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Last month, JPMorgan bought MetLife's mortgage servicing portfolio - in response, Nationstar Mortgage, an independent servicer, (NSM) fell by nearly a 1/3 that month (36 to 25). Why did investors sell?

It seems like the market has been focusing on:
1) Government regulation that penalizes mortgage servicing rights as part of tier 1 capital, 
2) Decreasing prepayments/foreclosures rates and as a result,
3) The rise of non-bank servicers.

Mortgage servicing rights are exactly what they sound, the right and obligation to collect payments from borrowers and send them to the ultimate investor/lender. Given the often rapid changes in the end investor, the servicer provides a key service, a middle-man keep payments going where they need to maintain documentation and provider certain advances/escrow servicers when in default.

This is not a glamor business. This area has existed for many, many years as many banks kept the rights themselves when originating mortgages (e.g. JPMorgan's 1.1 trillion unpaid principal balances (UPBs) portfolio of rights). LPS & OCN are similar stocks which, even during the housing bubble, were range-bound at best. What has changed?

1) Basel III regulations do not give full weight of MSRs to count for Tier 1 capital. (

http://www.jdsupra.com/legalnews/proposed-basel-ii...). Previously, banks could could 100% of the value of MSRs as Tier 1 capital. Now, then can only count 10%. As capital is precious and funding requirement increase now that MSRs don't fully count, there is now an artificially higher cost for banks to be involved in servicing mortgages. As a result, banks such as Bank of America have been exiting the business (http://online.wsj.com/article/SB100014240527023039...). This is forced selling, pushing down price of such rights.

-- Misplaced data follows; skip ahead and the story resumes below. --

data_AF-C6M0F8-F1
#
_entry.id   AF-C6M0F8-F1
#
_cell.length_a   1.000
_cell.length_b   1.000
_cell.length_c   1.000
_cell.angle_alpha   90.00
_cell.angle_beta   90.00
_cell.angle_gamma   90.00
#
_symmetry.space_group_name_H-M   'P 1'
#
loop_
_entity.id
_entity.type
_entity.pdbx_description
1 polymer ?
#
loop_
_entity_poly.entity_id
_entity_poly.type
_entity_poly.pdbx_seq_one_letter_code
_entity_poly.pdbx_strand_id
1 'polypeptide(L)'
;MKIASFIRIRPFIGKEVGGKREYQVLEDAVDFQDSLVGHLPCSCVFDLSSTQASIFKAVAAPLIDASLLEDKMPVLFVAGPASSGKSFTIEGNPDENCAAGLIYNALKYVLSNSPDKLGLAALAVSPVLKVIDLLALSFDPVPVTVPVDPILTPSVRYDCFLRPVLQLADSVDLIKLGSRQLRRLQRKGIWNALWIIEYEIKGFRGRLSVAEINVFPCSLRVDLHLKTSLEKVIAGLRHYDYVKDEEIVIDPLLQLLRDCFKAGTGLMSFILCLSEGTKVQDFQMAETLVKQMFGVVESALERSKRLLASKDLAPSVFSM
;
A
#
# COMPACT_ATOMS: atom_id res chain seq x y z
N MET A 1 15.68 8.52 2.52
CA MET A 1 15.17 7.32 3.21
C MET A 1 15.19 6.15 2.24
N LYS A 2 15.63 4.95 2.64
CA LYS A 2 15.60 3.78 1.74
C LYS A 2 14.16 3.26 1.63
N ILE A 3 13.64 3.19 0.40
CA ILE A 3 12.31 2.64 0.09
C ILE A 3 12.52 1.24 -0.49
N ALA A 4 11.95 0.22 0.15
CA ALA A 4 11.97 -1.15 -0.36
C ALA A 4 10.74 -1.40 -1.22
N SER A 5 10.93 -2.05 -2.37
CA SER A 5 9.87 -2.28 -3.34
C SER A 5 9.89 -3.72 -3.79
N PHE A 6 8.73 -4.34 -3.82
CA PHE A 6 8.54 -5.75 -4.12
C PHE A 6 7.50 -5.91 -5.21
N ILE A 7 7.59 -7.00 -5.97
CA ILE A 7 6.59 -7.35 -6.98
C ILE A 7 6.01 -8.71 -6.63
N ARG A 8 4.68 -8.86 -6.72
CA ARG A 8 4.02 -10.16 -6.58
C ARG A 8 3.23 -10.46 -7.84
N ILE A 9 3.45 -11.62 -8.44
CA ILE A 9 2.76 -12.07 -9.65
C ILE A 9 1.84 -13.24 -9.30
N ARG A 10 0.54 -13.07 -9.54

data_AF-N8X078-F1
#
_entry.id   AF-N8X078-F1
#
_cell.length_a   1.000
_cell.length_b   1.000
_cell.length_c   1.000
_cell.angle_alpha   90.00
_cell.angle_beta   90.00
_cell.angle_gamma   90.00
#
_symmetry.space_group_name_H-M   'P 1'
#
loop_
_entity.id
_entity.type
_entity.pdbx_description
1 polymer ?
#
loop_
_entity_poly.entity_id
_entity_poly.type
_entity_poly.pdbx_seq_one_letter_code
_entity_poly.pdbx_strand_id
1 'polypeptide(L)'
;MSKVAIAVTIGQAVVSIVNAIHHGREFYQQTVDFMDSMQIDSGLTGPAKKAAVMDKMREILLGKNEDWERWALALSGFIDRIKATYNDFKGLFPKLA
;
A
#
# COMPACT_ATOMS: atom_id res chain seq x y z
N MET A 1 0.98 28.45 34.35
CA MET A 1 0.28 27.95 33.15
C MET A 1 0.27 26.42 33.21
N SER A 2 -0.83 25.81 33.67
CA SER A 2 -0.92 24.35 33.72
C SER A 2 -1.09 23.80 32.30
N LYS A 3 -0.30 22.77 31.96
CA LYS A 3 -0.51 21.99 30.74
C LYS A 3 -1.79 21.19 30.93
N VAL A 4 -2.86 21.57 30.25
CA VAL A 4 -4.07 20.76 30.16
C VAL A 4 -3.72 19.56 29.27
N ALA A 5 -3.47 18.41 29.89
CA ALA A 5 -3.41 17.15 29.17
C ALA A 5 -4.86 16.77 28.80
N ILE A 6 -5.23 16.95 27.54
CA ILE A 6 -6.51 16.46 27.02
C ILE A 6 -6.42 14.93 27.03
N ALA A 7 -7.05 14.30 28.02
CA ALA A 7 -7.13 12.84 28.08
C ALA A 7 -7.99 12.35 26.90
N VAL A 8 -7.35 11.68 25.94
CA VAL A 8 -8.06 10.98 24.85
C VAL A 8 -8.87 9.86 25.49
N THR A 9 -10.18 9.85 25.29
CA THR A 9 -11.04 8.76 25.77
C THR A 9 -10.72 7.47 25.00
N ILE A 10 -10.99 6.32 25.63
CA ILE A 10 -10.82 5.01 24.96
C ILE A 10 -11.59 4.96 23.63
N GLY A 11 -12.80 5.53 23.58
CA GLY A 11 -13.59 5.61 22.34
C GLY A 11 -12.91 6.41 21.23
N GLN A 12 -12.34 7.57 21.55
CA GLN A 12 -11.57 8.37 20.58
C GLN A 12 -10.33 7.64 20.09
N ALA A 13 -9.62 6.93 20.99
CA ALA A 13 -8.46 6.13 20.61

2) MSRs are similarly, but not exactly affected the same way as mortgages proper. MSRs are paid 25-50 bps of the unpaid principal balance - regardless of prevailing interest rates. Now, there are other nuances to be had here, as prepayments from refinancing or foreclosures do affect it, as the fees are based off of principal. Both are moving down due to low rates and accommodation from fed/us govt (many sources for this). As a result, I believe it is reasonable to think such rights are at least as valuable as before.


3) Other non-bank participants have seen this coming, with the formation of NSM and growth of OCN (http://finance.yahoo.com/news/ocwen-wins-bid-buy-r...) as non-bank servicers bid for such rights.

But how far has this trend gone? The JPMorgan acquisition at top is actually in the opposite direction. Have rights become valuable enough that banks are willing to take the capital hit? Does that mean the explosive growth of companies is over? (even after only say a 6 month run?)

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Comments (3)

  • Sandhurst's picture

    Your three points seem to fly in the face of JPMorgan growing its MSR business.. what was their acquisition rationale?

    "There are three ways to make a living in this business: be first, be smarter, or cheat."

  • ER_Monkey's picture

    JPM's purchase was probably a decent move. Despite the Basel III headwinds, it's quite obvious that mortgage volume in this environment is hugely elevated (just look at any banks' earnings right now), so they picked up a ton of MSRs that are unlikely to ever prepay (thus more valuable) for a business that's booming. Smart move.

  • tt1254's picture

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